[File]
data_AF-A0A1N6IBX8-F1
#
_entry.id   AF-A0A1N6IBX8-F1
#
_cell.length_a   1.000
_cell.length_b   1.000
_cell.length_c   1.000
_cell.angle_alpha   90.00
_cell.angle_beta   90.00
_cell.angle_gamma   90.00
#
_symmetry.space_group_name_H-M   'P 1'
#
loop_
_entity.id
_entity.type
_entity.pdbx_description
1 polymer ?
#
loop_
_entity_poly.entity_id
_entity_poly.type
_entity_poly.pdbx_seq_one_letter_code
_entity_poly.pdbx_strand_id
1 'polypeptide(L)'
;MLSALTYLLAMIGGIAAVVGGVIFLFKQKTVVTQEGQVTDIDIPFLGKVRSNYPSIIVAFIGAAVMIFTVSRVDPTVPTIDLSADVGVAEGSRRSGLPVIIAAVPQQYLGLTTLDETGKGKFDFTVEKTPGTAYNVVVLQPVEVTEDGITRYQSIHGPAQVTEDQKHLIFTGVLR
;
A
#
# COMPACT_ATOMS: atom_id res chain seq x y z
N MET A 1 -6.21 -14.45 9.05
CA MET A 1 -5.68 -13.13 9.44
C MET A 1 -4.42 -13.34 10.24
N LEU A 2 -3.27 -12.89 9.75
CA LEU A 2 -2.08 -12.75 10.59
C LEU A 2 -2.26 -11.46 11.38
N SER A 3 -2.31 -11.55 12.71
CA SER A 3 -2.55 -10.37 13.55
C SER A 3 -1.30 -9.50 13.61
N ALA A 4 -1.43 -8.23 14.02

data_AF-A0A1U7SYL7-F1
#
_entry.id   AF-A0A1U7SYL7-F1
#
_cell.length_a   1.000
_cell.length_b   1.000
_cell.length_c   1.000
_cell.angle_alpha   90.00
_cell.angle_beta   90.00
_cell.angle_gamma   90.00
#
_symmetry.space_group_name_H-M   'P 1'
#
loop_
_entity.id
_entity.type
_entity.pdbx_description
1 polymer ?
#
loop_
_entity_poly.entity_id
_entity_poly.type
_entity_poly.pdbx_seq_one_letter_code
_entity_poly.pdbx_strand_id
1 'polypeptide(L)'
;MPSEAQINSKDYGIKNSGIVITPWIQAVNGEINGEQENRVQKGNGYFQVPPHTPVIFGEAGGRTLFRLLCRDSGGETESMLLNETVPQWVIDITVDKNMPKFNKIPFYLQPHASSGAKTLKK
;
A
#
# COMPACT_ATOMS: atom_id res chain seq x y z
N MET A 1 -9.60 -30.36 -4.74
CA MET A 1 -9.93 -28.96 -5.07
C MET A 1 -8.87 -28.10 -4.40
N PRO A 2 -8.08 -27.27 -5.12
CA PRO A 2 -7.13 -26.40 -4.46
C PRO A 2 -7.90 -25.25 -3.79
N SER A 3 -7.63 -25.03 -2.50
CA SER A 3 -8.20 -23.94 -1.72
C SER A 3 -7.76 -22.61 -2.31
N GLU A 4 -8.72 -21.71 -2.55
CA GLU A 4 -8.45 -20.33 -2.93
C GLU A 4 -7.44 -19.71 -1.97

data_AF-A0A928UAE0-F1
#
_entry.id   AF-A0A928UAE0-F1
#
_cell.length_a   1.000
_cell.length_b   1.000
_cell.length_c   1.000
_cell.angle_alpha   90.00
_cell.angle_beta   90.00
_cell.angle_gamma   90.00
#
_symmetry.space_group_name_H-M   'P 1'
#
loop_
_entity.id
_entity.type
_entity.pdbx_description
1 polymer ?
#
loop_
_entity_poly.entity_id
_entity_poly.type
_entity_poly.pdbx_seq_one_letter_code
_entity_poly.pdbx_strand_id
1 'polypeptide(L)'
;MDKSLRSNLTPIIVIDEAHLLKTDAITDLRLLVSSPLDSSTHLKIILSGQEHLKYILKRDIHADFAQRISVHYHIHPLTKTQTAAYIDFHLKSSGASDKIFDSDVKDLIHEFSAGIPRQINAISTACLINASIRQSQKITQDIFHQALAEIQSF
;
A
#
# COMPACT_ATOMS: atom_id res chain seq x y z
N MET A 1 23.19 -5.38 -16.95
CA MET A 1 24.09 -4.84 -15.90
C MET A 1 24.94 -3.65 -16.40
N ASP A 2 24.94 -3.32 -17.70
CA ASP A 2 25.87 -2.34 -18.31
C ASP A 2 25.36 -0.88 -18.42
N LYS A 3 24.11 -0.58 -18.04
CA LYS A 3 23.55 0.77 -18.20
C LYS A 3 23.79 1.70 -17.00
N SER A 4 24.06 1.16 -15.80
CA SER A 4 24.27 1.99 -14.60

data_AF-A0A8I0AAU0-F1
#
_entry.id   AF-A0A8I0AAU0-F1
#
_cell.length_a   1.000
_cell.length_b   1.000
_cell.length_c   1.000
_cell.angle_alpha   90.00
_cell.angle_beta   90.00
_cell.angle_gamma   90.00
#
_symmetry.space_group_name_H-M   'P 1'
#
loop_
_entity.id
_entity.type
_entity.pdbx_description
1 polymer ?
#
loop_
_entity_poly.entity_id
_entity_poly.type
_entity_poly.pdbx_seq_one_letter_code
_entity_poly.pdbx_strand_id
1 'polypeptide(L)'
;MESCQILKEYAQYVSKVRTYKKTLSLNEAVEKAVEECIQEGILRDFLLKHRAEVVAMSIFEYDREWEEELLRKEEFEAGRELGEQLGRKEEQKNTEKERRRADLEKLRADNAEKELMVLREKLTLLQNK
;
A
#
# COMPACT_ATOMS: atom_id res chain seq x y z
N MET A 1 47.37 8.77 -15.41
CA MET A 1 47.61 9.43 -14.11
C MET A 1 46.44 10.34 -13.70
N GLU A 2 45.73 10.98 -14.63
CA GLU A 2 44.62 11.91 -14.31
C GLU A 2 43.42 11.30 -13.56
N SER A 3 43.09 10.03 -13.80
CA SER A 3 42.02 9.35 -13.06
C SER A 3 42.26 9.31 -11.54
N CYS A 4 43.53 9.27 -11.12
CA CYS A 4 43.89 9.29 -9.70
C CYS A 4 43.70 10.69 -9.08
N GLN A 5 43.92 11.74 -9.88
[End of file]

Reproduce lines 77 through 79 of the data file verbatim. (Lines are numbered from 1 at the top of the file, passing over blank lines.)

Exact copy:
N SER A 3 -7.63 -25.03 -2.50
CA SER A 3 -8.20 -23.94 -1.72
C SER A 3 -7.76 -22.61 -2.31